MICHELE NORRIS, host: From NPR News, this is ALL THINGS CONSIDERED. I'm Michele Norris.

ROBERT SIEGEL, host: And I'm Robert Siegel. They Might Be Giants have been making quirky, smart - some say geeky - pop songs since the 1980s. They found early success with songs like "Birdhouse in Your Soul," and a cover of the old novelty tune "Istanbul (Not Constantinople)." And more recently, the group has been writing children's songs. Well now, the two men who are They Might Be Giants, John Linnell and John Flansburgh, are both in their 50s, and they have returned to writing songs for grown-ups. Their new album is called "Join Us." This is the first track. It's called "Can't Keep Johnny Down."

(SOUNDBITE OF SONG, "CAN'T KEEP JOHNNY DOWN")

THEY MIGHT BE GIANTS: (Singing) Men piled up in the towering mound. None of them once has found the way to keep Johnny down. Spending days by myself remembering slights. I'm not a monument to justice. Plus, which I don't forget a face. And they can't, can't keep Johnny down. Down, down, down. They haven't yet built the man that'll keep old Johnny down. Down, down, down.

SIEGEL: Well, joining us in the studio are They Might Be Giants. John Linnell and John Flansburgh, welcome to the program once again.

JOHN LINNELL: Thanks for having us.

JOHN FLANSBURGH: It is an impossible pleasure to be here...

SIEGEL: That's John Flansburgh.

FLANSBURGH: ...in your beautiful, air-conditioned studios.

(SOUNDBITE OF LAUGHTER)

SIEGEL: Tell me about "Can't Keep Johnny Down."

LINNELL: Well, it's a work of fiction. A lot of people assume - and not without reason - that there's a character named John; it must refer to one of us.

SIEGEL: Someone might get that impression.

FLANSBURGH: Yeah. Yeah. You might. And work - in some ways, we're kind of leading people in that direction, I think.

SIEGEL: Too easy.

FLANSBURGH: Yeah.

(SOUNDBITE OF SONG, "CAN'T KEEP JOHNNY DOWN")

GIANTS: (Singing) And they don't - down, down, down - don't know what I've seen. Down, down, down. They can't know what's in here. Down, down, down. And they can't keep Johnny down. Down, down, down.

SIEGEL: The last time that I interviewed you both was in 2002, and you had launched the new phase of your career, which was making music for - I would say children; I think you said entire families.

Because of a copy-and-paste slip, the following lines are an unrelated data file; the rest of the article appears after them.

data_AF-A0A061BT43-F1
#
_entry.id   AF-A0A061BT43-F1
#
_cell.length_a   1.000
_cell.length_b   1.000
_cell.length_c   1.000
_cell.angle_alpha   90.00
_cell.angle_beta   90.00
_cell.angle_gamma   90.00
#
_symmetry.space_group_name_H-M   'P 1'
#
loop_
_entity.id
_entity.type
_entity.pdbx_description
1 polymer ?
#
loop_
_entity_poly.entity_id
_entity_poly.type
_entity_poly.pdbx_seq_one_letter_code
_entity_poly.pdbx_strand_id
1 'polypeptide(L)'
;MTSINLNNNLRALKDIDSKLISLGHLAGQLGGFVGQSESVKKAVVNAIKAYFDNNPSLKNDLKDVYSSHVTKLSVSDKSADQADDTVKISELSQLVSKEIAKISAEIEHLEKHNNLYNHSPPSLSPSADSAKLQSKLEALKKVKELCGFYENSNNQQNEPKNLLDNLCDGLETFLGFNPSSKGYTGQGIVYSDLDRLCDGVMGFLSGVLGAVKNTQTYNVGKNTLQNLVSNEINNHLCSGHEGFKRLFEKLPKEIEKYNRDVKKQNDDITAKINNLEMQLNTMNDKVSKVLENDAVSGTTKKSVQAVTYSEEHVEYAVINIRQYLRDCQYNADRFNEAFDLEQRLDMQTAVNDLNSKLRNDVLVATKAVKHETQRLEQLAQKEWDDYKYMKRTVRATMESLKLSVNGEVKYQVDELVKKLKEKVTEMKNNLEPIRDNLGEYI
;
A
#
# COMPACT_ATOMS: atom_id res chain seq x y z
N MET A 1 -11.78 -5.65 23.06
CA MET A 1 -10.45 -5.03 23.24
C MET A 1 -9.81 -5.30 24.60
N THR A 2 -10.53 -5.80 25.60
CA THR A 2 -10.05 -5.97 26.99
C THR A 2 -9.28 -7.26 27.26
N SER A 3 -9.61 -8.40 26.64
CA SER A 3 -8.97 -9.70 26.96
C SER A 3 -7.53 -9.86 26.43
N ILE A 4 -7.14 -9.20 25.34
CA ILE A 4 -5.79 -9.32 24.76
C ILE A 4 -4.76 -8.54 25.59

FLANSBURGH: Yes. Well, no, no. I mean, we're happy to say it was for kids. The kids' stuff really took us by surprise. We did a kids' album as a one-off, and it just was met with so much positivity from critics and real-life families that it just immediately launched us into a second career, sort of a parallel career. And it came perilously close to taking over our career a couple years ago. Now, we've come back to this.

SIEGEL: One difference between making an album like this, as opposed to making one for children, is the themes and the words you use to describe it.

FLANSBURGH: Sure. Yeah. I mean, we - that's exactly right. I think we want to talk about things that are hard to talk about, you know, and music is a great way to open that door. And you know, we really grew up in the heyday of experimental popular music, you know, the late '60s and early '70s. Those songs are kind of the role models for what we think pop music can be. And if you want to bring an experimental sensibility to a three-minute-long song, you don't have to reference "Strawberry Fields Forever." You can make up your own very-hard-to-understand music.

(SOUNDBITE OF LAUGHTER)

(SOUNDBITE OF SONG, "THREE MIGHT BE DUENDE")

GIANTS: (Singing) Dystopio Smashedtobits, the keeper of dust, the builder of rust. When you discover Sleep's older brother, the trio is finally complete. The trio has just one conceit, forged by their past, first in their class. Three might be duende, three might be duende, three might be duende, three might be duende, three might be duende at last.

SIEGEL: "Three Might Be Duende."

FLANSBURGH: Yeah. It's like the Three Musketeers with vocabulary words.

LINNELL: Yes, with vocabulary words.

FLANSBURGH: Duende is a delightful word that I think, in at least one definition of it, the first part of the definition is: It's hard to define.

(SOUNDBITE OF LAUGHTER)